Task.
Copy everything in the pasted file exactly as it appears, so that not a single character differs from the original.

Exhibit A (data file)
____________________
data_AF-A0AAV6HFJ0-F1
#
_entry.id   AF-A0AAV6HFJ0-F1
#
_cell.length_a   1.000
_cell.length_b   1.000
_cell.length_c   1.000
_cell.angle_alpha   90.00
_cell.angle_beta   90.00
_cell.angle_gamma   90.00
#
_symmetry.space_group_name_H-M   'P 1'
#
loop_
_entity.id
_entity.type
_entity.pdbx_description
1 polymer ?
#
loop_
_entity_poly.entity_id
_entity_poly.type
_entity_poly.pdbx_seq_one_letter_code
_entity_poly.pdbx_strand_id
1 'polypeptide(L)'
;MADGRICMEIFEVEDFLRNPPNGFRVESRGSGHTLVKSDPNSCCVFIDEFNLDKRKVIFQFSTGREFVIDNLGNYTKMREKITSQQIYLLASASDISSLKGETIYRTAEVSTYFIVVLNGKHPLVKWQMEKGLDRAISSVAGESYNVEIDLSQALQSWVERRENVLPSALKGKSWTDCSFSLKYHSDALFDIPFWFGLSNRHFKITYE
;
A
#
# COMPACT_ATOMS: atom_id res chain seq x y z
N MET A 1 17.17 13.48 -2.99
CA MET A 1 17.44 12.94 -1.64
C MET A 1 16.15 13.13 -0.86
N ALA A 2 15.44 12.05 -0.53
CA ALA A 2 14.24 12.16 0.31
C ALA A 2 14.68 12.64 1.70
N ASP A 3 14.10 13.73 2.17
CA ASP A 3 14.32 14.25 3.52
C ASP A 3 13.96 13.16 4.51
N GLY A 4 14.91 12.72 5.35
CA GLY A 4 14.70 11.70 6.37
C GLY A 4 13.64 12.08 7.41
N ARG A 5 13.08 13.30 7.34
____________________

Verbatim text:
data_AF-A0AAV6HFJ0-F1
#
_entry.id   AF-A0AAV6HFJ0-F1
#
_cell.length_a   1.000
_cell.length_b   1.000
_cell.length_c   1.000
_cell.angle_alpha   90.00
_cell.angle_beta   90.00
_cell.angle_gamma   90.00
#
_symmetry.space_group_name_H-M   'P 1'
#
loop_
_entity.id
_entity.type
_entity.pdbx_description
1 polymer ?
#
loop_
_entity_poly.entity_id
_entity_poly.type
_entity_poly.pdbx_seq_one_letter_code
_entity_poly.pdbx_strand_id
1 'polypeptide(L)'
;MADGRICMEIFEVEDFLRNPPNGFRVESRGSGHTLVKSDPNSCCVFIDEFNLDKRKVIFQFSTGREFVIDNLGNYTKMREKITSQQIYLLASASDISSLKGETIYRTAEVSTYFIVVLNGKHPLVKWQMEKGLDRAISSVAGESYNVEIDLSQALQSWVERRENVLPSALKGKSWTDCSFSLKYHSDALFDIPFWFGLSNRHFKITYE
;
A
#
# COMPACT_ATOMS: atom_id res chain seq x y z
N MET A 1 17.17 13.48 -2.99
CA MET A 1 17.44 12.94 -1.64
C MET A 1 16.15 13.13 -0.86
N ALA A 2 15.44 12.05 -0.53
CA ALA A 2 14.24 12.16 0.31
C ALA A 2 14.68 12.64 1.70
N ASP A 3 14.10 13.73 2.17
CA ASP A 3 14.32 14.25 3.52
C ASP A 3 13.96 13.16 4.51
N GLY A 4 14.91 12.72 5.35
CA GLY A 4 14.70 11.70 6.37
C GLY A 4 13.64 12.08 7.41
N ARG A 5 13.08 13.30 7.34